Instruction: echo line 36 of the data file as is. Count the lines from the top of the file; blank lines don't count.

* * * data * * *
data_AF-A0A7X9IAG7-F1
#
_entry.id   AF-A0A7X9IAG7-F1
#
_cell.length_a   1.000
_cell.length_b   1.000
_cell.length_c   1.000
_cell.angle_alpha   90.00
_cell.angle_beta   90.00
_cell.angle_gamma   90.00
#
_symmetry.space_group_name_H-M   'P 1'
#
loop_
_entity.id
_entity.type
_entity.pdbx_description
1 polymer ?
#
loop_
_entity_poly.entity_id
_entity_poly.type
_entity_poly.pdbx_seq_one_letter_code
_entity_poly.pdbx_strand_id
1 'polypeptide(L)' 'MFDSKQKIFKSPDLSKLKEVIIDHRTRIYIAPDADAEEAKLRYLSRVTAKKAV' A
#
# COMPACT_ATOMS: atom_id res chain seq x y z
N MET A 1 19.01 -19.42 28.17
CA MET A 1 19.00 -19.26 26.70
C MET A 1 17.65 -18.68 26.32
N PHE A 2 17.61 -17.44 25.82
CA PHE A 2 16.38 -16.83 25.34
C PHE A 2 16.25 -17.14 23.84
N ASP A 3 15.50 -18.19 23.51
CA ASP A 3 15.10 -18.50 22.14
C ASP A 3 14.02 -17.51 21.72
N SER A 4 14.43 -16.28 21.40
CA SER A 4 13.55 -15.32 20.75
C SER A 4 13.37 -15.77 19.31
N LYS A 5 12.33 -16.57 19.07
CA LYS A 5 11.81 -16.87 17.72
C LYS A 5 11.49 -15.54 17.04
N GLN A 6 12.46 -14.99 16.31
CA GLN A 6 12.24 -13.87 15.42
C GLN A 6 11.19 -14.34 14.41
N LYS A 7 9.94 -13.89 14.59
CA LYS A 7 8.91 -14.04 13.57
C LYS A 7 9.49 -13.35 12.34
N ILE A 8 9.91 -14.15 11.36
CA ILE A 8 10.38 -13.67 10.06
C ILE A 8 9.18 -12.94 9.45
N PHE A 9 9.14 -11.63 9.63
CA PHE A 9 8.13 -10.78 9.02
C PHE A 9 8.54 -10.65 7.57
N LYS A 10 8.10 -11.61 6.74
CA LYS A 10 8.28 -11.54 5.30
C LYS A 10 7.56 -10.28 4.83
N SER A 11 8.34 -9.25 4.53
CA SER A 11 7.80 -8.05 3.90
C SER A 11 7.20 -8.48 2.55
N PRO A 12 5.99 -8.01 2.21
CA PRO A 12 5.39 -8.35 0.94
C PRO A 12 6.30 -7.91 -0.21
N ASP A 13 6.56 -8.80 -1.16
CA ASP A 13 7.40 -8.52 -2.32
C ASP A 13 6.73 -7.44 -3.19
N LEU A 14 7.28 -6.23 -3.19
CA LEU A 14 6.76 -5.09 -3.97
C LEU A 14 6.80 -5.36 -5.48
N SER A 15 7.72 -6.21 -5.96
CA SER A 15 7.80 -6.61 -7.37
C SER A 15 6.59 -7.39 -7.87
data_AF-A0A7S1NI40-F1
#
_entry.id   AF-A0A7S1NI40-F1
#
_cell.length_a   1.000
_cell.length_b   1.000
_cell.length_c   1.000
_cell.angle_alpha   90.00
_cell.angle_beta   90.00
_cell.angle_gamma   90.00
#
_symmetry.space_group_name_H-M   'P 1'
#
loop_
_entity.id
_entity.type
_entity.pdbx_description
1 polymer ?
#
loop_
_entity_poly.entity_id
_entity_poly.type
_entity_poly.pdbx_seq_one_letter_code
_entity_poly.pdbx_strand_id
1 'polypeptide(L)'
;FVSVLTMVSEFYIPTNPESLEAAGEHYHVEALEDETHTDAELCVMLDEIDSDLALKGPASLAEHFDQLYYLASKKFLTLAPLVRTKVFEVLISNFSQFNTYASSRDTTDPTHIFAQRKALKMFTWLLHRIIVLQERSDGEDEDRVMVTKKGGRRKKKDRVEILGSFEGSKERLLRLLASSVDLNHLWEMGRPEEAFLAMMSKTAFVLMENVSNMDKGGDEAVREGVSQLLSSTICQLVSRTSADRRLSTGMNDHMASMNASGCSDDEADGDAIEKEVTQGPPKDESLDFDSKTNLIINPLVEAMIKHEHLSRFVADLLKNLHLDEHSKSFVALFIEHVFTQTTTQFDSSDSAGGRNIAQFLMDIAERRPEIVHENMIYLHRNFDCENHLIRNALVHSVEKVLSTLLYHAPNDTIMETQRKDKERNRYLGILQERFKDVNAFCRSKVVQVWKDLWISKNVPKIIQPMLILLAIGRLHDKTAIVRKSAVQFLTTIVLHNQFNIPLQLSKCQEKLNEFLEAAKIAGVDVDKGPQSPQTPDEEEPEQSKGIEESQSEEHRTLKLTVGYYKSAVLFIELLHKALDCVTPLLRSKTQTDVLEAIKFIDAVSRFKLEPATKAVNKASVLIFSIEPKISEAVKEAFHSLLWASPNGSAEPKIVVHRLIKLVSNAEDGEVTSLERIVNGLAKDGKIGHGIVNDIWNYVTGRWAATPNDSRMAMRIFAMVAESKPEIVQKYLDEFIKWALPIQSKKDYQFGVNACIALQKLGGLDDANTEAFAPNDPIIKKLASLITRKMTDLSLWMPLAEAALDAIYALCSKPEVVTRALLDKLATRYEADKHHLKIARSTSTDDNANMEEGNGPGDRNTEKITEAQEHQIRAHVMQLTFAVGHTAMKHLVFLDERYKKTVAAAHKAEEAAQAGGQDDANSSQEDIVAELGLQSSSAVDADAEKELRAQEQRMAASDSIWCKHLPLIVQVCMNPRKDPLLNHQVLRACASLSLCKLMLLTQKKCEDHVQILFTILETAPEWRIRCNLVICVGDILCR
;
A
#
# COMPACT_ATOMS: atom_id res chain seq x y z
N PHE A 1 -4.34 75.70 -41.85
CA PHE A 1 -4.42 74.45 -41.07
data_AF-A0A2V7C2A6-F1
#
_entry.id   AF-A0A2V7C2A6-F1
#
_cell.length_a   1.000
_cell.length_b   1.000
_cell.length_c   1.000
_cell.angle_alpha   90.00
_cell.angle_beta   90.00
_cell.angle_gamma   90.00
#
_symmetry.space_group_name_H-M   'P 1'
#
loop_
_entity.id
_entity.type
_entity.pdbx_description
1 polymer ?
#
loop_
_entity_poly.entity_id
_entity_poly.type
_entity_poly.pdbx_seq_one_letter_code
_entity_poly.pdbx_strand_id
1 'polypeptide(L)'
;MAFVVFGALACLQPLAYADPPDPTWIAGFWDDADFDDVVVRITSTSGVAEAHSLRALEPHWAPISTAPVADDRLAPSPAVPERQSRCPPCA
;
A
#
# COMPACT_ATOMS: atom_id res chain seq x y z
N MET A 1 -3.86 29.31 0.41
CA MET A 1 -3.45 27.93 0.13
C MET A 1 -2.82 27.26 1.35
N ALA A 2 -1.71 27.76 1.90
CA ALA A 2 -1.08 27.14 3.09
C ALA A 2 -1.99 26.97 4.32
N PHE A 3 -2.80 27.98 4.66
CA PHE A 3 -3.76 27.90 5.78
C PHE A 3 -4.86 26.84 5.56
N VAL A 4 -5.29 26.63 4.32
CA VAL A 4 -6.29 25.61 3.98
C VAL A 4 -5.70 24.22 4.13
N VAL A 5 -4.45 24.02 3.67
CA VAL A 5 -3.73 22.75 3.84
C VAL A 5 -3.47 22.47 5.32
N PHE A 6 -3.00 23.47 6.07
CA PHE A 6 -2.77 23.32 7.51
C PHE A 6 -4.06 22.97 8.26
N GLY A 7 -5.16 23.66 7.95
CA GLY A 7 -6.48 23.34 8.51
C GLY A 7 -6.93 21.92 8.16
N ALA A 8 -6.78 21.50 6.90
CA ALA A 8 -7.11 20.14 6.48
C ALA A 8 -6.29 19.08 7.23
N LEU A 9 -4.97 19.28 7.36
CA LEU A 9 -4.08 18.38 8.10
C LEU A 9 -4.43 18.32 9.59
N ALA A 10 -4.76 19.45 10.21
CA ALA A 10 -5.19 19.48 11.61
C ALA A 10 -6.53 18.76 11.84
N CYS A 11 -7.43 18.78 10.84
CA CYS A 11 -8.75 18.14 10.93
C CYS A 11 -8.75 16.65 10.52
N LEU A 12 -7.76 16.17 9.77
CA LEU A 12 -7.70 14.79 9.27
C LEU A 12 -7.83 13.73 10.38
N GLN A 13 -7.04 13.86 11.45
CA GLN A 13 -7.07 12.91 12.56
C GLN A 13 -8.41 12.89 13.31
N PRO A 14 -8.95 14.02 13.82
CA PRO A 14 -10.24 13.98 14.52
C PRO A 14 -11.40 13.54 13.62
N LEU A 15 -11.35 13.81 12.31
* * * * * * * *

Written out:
C ASP A 3 14.02 -17.51 21.72